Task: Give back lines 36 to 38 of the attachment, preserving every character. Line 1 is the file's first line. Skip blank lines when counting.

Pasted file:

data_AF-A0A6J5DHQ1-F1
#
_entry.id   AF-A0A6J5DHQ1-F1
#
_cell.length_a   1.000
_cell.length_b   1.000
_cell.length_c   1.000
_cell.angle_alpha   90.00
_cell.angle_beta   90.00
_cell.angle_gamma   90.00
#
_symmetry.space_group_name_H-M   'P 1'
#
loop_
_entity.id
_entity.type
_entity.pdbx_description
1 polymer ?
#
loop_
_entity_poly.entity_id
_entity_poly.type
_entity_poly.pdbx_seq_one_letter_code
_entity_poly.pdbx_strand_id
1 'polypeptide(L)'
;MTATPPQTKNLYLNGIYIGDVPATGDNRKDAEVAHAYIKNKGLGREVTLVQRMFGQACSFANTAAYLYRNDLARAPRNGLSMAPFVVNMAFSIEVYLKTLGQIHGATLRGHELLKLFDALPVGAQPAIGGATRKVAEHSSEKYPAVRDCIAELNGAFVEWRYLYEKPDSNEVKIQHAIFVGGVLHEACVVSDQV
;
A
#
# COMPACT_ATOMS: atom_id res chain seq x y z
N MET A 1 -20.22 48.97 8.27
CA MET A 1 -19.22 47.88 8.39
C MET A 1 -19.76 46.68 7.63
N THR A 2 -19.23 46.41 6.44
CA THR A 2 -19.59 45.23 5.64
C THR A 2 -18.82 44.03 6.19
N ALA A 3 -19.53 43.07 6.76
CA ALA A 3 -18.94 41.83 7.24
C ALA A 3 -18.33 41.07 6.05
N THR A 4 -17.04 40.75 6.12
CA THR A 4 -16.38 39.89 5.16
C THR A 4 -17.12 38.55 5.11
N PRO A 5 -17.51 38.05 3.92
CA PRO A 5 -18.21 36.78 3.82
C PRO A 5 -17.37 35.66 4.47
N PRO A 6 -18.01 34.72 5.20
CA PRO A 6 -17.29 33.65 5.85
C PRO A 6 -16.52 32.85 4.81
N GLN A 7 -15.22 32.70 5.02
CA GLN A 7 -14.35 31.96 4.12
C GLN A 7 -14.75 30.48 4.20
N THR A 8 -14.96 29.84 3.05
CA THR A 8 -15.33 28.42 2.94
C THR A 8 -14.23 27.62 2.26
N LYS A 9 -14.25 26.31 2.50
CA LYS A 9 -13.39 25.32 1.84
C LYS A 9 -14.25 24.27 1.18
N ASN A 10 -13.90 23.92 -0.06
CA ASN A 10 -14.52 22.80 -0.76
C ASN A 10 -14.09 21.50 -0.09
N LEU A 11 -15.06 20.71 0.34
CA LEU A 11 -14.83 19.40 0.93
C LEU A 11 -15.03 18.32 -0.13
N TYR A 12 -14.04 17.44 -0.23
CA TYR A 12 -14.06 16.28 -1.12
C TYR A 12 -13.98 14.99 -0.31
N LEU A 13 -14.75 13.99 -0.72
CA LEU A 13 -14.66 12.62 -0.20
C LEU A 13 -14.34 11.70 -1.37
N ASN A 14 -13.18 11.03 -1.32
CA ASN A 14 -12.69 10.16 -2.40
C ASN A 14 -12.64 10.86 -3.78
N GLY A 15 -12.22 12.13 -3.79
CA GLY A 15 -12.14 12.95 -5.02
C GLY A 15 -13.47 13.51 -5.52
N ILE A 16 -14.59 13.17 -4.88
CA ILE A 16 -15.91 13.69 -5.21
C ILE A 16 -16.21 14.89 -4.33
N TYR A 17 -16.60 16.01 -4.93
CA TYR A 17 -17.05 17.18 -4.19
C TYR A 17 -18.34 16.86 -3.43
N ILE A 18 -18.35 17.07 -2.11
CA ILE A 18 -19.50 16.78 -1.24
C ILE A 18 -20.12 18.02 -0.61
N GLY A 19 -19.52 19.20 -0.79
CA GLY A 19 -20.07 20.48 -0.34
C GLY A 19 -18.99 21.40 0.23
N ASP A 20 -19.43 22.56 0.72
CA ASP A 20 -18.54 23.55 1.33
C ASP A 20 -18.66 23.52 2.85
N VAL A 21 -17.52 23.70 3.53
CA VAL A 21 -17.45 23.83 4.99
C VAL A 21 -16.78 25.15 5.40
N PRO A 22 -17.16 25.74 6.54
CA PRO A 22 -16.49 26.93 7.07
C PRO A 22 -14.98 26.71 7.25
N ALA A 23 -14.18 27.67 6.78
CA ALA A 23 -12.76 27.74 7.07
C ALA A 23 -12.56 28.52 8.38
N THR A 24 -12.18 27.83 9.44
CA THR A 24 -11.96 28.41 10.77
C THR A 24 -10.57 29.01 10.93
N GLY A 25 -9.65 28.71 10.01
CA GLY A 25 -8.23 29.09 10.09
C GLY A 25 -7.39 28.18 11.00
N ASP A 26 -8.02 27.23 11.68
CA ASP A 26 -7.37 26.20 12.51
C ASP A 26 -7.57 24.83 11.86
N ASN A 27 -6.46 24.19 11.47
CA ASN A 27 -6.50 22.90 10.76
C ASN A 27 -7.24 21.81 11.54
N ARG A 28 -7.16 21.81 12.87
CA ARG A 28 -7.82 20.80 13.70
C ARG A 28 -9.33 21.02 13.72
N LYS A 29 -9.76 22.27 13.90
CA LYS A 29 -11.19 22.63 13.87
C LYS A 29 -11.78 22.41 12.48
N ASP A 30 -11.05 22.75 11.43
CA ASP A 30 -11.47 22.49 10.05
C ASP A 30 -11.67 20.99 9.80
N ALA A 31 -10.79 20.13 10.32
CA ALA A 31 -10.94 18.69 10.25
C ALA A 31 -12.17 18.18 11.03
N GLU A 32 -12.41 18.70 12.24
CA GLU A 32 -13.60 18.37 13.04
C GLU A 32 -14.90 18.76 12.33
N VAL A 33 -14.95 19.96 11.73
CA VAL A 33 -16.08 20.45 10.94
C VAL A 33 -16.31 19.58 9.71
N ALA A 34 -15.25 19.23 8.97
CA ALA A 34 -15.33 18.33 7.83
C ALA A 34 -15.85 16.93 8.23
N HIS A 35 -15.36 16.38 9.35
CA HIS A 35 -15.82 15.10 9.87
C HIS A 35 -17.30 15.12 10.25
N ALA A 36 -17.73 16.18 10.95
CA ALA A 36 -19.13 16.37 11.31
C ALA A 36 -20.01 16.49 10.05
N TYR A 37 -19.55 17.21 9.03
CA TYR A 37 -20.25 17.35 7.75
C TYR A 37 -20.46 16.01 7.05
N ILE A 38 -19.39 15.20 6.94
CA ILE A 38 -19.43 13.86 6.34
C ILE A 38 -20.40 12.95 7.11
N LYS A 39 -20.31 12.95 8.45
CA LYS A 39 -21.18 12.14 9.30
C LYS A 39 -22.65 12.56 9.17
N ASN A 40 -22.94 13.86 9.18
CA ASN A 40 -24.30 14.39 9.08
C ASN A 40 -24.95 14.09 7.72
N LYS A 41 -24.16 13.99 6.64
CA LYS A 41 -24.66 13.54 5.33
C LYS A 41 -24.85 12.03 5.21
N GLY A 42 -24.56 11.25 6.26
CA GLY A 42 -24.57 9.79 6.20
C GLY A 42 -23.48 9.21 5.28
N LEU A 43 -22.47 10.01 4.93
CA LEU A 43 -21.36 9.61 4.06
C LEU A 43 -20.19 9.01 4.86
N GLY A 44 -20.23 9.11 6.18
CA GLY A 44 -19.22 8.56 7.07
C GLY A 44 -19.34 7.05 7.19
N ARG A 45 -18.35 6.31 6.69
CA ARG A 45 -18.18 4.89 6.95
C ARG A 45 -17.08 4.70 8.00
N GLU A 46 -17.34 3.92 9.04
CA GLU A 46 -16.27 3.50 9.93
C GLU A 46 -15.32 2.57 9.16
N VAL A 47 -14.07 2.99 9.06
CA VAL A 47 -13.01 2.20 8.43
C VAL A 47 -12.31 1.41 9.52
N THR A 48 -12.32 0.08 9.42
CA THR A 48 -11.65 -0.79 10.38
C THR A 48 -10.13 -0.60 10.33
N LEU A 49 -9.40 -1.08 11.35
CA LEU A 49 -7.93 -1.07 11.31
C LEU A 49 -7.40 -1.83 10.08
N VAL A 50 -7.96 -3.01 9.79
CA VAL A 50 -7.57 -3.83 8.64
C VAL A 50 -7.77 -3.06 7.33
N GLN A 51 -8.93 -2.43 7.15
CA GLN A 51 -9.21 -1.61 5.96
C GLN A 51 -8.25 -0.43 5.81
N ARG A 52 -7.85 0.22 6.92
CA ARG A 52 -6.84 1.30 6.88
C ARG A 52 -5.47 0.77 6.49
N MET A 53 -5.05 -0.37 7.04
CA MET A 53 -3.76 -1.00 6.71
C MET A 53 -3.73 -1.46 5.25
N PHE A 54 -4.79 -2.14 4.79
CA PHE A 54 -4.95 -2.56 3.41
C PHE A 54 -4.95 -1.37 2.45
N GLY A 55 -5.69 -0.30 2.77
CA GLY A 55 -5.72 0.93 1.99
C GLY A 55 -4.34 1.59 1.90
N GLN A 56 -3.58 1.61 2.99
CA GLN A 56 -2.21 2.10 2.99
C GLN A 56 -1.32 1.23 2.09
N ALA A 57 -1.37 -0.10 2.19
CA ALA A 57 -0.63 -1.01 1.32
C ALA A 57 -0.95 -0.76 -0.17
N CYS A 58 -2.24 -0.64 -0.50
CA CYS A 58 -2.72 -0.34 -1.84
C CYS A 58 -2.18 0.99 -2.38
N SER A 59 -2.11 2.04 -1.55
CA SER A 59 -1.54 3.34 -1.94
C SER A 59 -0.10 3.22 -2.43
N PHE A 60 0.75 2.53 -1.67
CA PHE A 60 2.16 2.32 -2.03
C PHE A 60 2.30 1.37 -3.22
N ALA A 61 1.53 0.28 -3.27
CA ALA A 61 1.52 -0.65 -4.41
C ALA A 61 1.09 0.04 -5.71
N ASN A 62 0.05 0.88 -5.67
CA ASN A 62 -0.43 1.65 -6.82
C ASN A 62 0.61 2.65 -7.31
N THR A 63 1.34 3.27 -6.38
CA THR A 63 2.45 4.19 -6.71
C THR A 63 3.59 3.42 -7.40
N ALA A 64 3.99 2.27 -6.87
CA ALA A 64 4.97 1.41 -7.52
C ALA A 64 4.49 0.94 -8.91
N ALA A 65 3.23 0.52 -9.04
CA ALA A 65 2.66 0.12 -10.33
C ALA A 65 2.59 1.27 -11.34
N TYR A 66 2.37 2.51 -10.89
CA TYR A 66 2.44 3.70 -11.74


C THR A 2 -18.82 44.03 6.19
N ALA A 3 -19.53 43.07 6.76
CA ALA A 3 -18.94 41.83 7.24